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I tried this on an old IBM Thinkpad pIII 450Mhz. The built in sound was unusable. Looping line out to line in showed a bandwidth of only 8Khz. After that it looked like the ADC just stopped sampling.

If the laptop has USB 2 ports then I recommend looking at a cheap external soundcard. I bought a refurbished Creative card for under $50, and it does 96Khz 24 bit recording. I planned on breaking out the power wires in the cable and running the card from a linear supply but the noise floor is pretty quiet already.

As far as interfacing to the line in jack, Tubelab said he got the best results using a 500 ohm pot across the load resistor. Wish I could recall what thread it was in...
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Old 21st May 2011, 05:25 AM   #6
Svein_B is offline Svein_B  Norway
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I recommend making a dummy load with voltage adaptation to the sound card:

Described in this thread:
Distortion Measurements

I also use ARTA.

Svein_B
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Old 21st May 2011, 11:00 PM   #7
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Thanks guys, Ive done just that....
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Old 22nd May 2011, 05:22 AM   #8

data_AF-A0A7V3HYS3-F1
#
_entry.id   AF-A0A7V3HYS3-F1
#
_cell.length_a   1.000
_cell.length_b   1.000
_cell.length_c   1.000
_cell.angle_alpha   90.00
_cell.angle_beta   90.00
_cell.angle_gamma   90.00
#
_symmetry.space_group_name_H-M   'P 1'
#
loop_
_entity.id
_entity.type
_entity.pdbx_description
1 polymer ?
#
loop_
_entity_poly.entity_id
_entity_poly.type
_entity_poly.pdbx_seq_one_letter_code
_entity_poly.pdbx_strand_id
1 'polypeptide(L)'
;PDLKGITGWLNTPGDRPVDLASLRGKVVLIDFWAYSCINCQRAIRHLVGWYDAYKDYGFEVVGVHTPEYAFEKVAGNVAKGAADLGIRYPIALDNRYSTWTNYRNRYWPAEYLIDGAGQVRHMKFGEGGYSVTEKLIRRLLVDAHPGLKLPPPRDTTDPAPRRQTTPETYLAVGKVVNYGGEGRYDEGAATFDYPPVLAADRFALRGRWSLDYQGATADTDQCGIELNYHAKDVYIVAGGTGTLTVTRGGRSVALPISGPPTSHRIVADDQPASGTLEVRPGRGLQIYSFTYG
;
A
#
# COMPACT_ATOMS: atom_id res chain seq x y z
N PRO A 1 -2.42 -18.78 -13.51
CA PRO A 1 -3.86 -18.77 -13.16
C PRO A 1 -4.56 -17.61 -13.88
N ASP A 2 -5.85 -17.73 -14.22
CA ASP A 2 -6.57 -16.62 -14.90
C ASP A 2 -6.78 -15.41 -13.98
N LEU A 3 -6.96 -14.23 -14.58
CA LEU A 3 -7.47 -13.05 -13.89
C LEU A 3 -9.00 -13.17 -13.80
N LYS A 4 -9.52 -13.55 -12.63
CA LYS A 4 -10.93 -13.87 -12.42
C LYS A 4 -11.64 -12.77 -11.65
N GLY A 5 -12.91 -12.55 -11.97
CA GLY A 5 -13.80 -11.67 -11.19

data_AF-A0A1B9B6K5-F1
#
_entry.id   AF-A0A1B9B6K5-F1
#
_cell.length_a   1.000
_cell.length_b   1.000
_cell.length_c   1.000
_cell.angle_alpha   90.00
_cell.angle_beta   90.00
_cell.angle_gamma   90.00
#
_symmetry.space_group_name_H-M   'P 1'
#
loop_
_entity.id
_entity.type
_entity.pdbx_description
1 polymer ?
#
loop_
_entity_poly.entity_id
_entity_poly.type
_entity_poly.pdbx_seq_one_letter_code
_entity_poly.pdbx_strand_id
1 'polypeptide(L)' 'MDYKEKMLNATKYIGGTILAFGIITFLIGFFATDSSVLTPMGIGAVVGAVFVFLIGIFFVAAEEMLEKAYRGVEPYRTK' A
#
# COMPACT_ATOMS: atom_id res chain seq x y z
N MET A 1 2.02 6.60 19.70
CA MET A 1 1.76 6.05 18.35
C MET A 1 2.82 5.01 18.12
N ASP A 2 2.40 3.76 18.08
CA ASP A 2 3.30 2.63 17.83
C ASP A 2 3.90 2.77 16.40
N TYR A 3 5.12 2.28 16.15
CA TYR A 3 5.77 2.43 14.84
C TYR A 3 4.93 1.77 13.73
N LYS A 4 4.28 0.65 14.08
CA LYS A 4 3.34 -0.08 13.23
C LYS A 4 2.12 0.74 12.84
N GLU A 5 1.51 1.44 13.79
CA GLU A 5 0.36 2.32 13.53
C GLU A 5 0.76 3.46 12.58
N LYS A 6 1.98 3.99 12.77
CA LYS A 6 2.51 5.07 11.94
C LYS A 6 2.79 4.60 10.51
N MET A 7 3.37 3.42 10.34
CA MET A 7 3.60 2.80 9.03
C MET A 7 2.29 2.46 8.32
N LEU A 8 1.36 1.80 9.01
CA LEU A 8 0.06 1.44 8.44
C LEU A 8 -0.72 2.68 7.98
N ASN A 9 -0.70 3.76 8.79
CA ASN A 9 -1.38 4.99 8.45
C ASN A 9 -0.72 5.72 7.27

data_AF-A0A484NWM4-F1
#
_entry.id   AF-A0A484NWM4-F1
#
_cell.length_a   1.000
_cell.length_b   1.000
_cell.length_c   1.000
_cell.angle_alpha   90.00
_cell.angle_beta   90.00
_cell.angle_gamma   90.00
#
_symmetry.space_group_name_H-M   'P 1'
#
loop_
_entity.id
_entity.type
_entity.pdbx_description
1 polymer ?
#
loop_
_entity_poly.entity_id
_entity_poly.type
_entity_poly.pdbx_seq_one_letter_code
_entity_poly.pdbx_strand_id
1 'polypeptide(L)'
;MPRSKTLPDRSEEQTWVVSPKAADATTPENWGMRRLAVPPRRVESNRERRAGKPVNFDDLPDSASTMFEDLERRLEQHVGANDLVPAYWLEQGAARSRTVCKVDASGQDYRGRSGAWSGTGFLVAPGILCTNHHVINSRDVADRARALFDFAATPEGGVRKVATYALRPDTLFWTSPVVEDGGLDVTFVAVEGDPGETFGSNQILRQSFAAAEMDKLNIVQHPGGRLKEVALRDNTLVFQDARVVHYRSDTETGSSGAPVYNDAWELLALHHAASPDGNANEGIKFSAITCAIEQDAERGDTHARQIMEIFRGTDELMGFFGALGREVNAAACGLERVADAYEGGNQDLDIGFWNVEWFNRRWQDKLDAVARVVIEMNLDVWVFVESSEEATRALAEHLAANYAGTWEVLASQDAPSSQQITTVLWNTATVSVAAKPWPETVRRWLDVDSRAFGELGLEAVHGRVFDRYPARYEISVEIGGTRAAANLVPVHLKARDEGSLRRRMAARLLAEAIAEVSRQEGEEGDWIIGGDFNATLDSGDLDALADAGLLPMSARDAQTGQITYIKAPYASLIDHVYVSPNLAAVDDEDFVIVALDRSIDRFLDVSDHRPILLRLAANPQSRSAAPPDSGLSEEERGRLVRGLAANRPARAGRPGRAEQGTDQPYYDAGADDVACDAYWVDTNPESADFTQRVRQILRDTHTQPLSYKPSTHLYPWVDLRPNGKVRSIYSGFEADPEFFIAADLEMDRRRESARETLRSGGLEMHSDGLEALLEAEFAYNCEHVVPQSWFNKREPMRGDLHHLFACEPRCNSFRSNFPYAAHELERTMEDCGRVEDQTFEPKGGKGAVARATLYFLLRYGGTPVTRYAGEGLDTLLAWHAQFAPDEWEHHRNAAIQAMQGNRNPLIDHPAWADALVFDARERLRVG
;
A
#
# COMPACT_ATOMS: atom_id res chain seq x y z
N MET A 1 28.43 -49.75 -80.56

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I think that level is more like 2 Vp-p. Sound cards can possibly do that but the on-board audio codecs run 5 V power. 2 V RMS is 5.66 Vp-p which impossible on a 5 V supply.

Also, be very careful about excessive input levels as the overvoltage is conducted out through the protection diodes. I had some load hum into an onboard sound system destroy the codec. I strongly recommend external clamp diode clippers to prevent destructive accidents.

Your resistive tree idea is good but I'd use my own second resistor to ground rather than relying on the input impedance of the codec. To keep noise down use the lowest practical impedance. For solid state I use 5-25 K loads. Hollow state glassfets will probably need higher impedance but that's up to you. I avoid toobs.

G
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Old 22nd May 2011, 06:48 PM   #9
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Quote:
Originally Posted by Svein_B View Post
I recommend making a dummy load with voltage adaptation to the sound card:

Described in this thread:
Distortion Measurements

I also use ARTA.

Svein_B
I saw this in Sci.Electronics.Design and it makes an excellent point.

The built-in audio systems are unpredictable; especially in the laptops.
Use an external USB sound thing; get a reasonably good one. The other
reason for using an external sound is that someone will eventually apply
full scale AC into it. "Psst-bam!" as the zurgs say. It is better to
"psst-bam" just an external card then (sic) entire laptop.

Vladimir Vassilevsky
DSP and Mixed Signal Design Consultant
AbVolt - DSP - Embedded - Consulting

G